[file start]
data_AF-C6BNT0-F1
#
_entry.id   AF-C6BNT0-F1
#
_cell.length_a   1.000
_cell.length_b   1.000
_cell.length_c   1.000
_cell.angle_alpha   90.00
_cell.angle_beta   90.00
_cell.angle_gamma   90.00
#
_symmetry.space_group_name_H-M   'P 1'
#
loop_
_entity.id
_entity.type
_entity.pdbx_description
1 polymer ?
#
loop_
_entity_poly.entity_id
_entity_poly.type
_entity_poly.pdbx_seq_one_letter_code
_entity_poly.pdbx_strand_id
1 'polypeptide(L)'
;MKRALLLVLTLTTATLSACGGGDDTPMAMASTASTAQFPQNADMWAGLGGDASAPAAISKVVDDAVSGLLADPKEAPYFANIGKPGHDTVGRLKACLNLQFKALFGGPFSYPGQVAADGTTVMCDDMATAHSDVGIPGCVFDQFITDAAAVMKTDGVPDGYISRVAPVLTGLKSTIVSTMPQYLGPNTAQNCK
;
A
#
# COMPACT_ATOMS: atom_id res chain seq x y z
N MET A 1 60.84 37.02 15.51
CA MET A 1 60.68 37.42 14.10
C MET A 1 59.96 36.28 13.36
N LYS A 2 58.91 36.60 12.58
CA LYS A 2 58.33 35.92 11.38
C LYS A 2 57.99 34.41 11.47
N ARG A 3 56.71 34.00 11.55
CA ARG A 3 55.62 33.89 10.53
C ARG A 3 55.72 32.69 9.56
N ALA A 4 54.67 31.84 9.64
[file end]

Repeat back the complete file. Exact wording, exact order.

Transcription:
data_AF-C6BNT0-F1
#
_entry.id   AF-C6BNT0-F1
#
_cell.length_a   1.000
_cell.length_b   1.000
_cell.length_c   1.000
_cell.angle_alpha   90.00
_cell.angle_beta   90.00
_cell.angle_gamma   90.00
#
_symmetry.space_group_name_H-M   'P 1'
#
loop_
_entity.id
_entity.type
_entity.pdbx_description
1 polymer ?
#
loop_
_entity_poly.entity_id
_entity_poly.type
_entity_poly.pdbx_seq_one_letter_code
_entity_poly.pdbx_strand_id
1 'polypeptide(L)'
;MKRALLLVLTLTTATLSACGGGDDTPMAMASTASTAQFPQNADMWAGLGGDASAPAAISKVVDDAVSGLLADPKEAPYFANIGKPGHDTVGRLKACLNLQFKALFGGPFSYPGQVAADGTTVMCDDMATAHSDVGIPGCVFDQFITDAAAVMKTDGVPDGYISRVAPVLTGLKSTIVSTMPQYLGPNTAQNCK
;
A
#
# COMPACT_ATOMS: atom_id res chain seq x y z
N MET A 1 60.84 37.02 15.51
CA MET A 1 60.68 37.42 14.10
C MET A 1 59.96 36.28 13.36
N LYS A 2 58.91 36.60 12.58
CA LYS A 2 58.33 35.92 11.38
C LYS A 2 57.99 34.41 11.47
N ARG A 3 56.71 34.00 11.55
CA ARG A 3 55.62 33.89 10.53
C ARG A 3 55.72 32.69 9.56
N ALA A 4 54.67 31.84 9.64